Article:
Let Me Tell You in My Own Words Paraphrasing by ryy82944

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									             I’ll Put It in My Own Words: Paraphrasing

       When you are researching for information to back up your own thesis in a
research paper, you will need to locate and keep track of material from other sources.
You will need to take notes which you will use later to help you write the paper. Three
standard ways of taking notes are quoting, paraphrasing, and summarizing. (Of
course, you may also print out your source and highlight your ―notes‖ too) When you’re
taking notes, it’s a good idea to label each note as a quote, a paraphrase, or a summary.
       Furthermore, when you’re writing a research paper, you will need to work the
facts, statistics, examples, and expert opinions, observations and testimonies found in
your research into your own sentences—into your text. Basically there are three ways for
a writer to incorporate the ideas or work of others into his or her own text: quotations,
paraphrasing, and summarizing. This handout will mainly deal with using paraphrase.
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       First, however, you must be able to distinguish between the three methods.


QUOTATIONS must be identical to the original source. They must match the source
       word for word and punctuation mark for punctuation mark. Quotations help you
       zero in on and use a narrower segment of the source instead of discussing a
       larger piece of information or even the entire source. Both direct and indirect
       quotations must be attributed to the original author to avoid plagiarism. You have
       to give credit where credit is due! When taking notes, be sure to put quotations
       marks around any borrowed material that you write down verbatim, and it is very
       important to list the speaker, source, and page number(s).
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PARAPHRASING involves putting a passage from the source into your own words.
       Paraphrased material is usually shorter than the original passage, taking a
       somewhat broader segment of the source and condensing it slightly. A paraphrase
       must also be attributed to the original source. Even though it has been completely
       rewritten into your own words, you must still show that the ideas are not your
            I’ll Put It in My Own Words: Paraphrasing – Page Two


       own; they are borrowed from someone else. When taking notes, be sure to keep
       track of the source and page number(s) of all paraphrased material.
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SUMMARIZING involves putting the main ideas(s) into your own words—just the
       main points, not minor points and supporting details. Summaries are significantly
       shorter than the original and take a broad overview of the source material. Again,
       it is necessary to attribute the summarized ideas to the original source, so keep
       track of the source and page number(s).
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                         PARAPHRASING STEPS

1. Read and reread the original source until you understand its full meaning—its
purpose and main ideas. If you don’t understand it, you can’t paraphrase it correctly.


2. Think about the ideas/info; especially think about how you can relate this
information to your own needs: will it become one of your main points or a supporting
detail such as an example, a reason, or a fact. Where might you use this in your paper?
What will its job be?


3. Cover up the original; write down the ideas in your own words. Check your
paraphrase with the original to make sure that your version has accurate information and
that you haven’t copied any of the writer’s own words.


4. Look back at the original to make sure that you have really changed the grammar,
vocabulary, and sentence structure. If not, change them now.


5. Use quotation marks to identify any unique word(s) or phrases that you just can’t
seem to rephrase. The quotation marks will identify such as a direct quote.
            I’ll Put It in My Own Words: Paraphrasing – Page Three


6. Record the essential information about the source so that you can credit it if you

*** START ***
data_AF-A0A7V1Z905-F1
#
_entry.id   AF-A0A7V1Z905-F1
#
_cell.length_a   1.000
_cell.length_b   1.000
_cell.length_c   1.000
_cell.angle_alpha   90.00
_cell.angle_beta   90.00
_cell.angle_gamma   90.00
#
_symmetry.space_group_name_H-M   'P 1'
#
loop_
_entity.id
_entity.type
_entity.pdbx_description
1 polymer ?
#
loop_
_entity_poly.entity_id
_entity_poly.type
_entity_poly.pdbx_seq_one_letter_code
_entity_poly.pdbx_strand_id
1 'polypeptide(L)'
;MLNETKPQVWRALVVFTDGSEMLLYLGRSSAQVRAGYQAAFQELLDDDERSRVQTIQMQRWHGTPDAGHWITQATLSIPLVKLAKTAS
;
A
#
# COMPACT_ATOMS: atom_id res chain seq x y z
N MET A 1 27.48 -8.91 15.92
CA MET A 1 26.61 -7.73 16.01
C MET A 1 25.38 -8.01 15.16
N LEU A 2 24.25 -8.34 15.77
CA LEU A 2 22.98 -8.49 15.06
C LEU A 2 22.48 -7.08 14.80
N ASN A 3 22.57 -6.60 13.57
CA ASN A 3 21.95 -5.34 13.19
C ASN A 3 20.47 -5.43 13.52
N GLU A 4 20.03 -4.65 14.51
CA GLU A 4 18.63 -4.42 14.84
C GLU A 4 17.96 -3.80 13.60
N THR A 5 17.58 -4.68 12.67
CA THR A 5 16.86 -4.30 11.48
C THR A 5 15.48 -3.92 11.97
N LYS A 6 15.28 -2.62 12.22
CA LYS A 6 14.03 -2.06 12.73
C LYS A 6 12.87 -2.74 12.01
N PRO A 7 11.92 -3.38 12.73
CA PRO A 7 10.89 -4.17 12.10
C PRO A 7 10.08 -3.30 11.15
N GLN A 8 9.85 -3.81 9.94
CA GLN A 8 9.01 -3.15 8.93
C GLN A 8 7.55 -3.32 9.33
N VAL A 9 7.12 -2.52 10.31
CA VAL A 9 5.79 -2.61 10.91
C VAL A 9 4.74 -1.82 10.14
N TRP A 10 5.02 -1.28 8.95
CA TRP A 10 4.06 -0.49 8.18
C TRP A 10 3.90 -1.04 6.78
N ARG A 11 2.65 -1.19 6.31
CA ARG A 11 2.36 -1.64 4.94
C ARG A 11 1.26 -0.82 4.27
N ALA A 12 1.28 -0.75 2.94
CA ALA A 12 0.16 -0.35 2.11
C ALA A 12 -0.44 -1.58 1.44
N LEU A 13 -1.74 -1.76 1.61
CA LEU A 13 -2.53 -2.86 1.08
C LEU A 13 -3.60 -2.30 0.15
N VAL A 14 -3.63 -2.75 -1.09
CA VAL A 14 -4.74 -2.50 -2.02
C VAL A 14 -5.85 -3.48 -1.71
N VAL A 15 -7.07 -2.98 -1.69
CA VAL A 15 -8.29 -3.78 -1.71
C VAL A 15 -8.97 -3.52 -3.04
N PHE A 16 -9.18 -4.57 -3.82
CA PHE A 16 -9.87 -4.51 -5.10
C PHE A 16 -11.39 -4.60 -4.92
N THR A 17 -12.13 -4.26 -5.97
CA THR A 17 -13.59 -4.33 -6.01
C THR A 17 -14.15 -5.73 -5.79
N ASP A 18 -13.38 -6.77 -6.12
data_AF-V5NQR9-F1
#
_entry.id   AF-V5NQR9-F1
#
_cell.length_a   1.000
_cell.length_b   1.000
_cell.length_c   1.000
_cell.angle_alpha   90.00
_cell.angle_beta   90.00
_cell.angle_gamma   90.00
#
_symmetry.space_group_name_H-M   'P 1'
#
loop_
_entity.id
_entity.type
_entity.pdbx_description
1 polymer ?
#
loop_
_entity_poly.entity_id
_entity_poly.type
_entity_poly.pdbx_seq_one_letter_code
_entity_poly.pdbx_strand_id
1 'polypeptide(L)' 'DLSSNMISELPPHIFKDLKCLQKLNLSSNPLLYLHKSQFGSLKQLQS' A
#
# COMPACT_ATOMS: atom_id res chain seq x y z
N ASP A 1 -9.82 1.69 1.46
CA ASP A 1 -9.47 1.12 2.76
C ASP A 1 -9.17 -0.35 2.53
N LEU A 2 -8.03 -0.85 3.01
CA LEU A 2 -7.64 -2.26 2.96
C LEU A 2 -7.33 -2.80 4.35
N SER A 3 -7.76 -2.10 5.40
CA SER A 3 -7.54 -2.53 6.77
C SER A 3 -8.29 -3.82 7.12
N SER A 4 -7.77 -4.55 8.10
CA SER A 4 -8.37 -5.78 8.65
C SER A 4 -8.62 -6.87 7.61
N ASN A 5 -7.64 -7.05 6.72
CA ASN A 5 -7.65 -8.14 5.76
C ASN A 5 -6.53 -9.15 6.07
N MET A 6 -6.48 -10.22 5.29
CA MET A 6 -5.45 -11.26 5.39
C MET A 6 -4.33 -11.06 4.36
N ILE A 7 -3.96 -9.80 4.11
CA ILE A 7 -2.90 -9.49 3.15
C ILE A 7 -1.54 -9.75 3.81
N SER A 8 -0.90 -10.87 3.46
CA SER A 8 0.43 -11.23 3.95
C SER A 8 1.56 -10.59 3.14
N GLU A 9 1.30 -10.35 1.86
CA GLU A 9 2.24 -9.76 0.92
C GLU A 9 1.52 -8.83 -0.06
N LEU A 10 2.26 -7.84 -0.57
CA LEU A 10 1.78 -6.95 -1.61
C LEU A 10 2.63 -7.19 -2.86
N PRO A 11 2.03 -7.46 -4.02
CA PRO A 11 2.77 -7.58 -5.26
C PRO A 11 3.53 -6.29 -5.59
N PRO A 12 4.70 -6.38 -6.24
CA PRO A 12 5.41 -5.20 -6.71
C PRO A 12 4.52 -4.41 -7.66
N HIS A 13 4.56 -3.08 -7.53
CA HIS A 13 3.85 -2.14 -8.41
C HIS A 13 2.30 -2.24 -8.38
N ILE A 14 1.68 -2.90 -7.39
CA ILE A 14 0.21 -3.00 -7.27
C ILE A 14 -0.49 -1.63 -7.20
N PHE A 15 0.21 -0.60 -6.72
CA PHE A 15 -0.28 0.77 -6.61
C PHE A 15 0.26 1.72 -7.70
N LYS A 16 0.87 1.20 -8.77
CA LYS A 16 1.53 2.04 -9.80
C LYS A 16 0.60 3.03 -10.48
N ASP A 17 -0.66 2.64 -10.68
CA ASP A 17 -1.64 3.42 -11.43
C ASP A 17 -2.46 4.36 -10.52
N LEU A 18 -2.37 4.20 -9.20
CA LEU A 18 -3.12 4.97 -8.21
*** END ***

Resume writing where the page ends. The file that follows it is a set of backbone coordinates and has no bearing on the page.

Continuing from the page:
decide to use this material in your paper.


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                                Now Get Steppin’
         Research Paper Topic: Infringing on Americans’ right to bear arms
Original:
       Named for James Brady, the White House press secretary who was shot and
wounded by John Hinckley Jr. during the attempted assassination of President Ronald
Reagan in March 1981, the Brady Bill establishes a national waiting period and
background check for the purchase of a handgun. (Bender, 1995: 137)


Step 1: Read it again, Sam.       Important ideas to include in my paraphrase:
       Brady Bill—named for James Brady, shot and wounded during an assassination
               attempt on President Reagan
       Government enacted legislation: (1) a national waiting period and
               (2) a background check-- before purchase of a handgun


Step 2: Maybe I can use this in my paragraph about how the government is stepping on
       our constitutional right to bear arms—as an example to discuss


Step 3: Phrases to avoid ―copying‖ from the original:
               Named for James Brady, the White House press secretary who was shot
       and wounded by John Hinckley Jr. during the attempted assassination of
       President Ronald Reagan in March 1981, the Brady Bill establishes a national
       waiting period and background check for the purchase of a handgun. (Bender,
       1995: 137
            I’ll Put It in My Own Words: Paraphrasing – Page Four
       MY PARAPHRASE:
               Bender explains that people who want to buy handguns in the U.S. now
       have a waiting period and a background check as a result of the Brady Bill.
       Congress enacted this bill after White House press secretary James Brady was
       shot and wounded when John Hinckley Jr. tried to assassinate President Reagan in
       March 1981 (137).


Step 4: Grammar, vocab, and sentence check—looks good—all are changed adequately
       to avoid plagiarism. But double check….


Step 5: Nothing is really unique to the original writer—common terms and phrases


Step 6: Bender, 1995 – page 137 – noted in a parenthetical documentation
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                               Now Step Livelier!
       Now you apply the steps to this information. (Use other paper.)


       Downlut believes the Brady Bill trespasses on the rights of law-abiding citizens,
and is therefore inconsistent with the Constitution, because it imposes a waiting period on
exercising the right to own guns. (Bender, 1995: 137)


Step 1: Do you understand the information? Can you list important ideas or points?
Step 2: How and where might you use this info in your paper?
Step 3: What do you need to avoid in your paraphrase? -- Is your paraphrase accurate?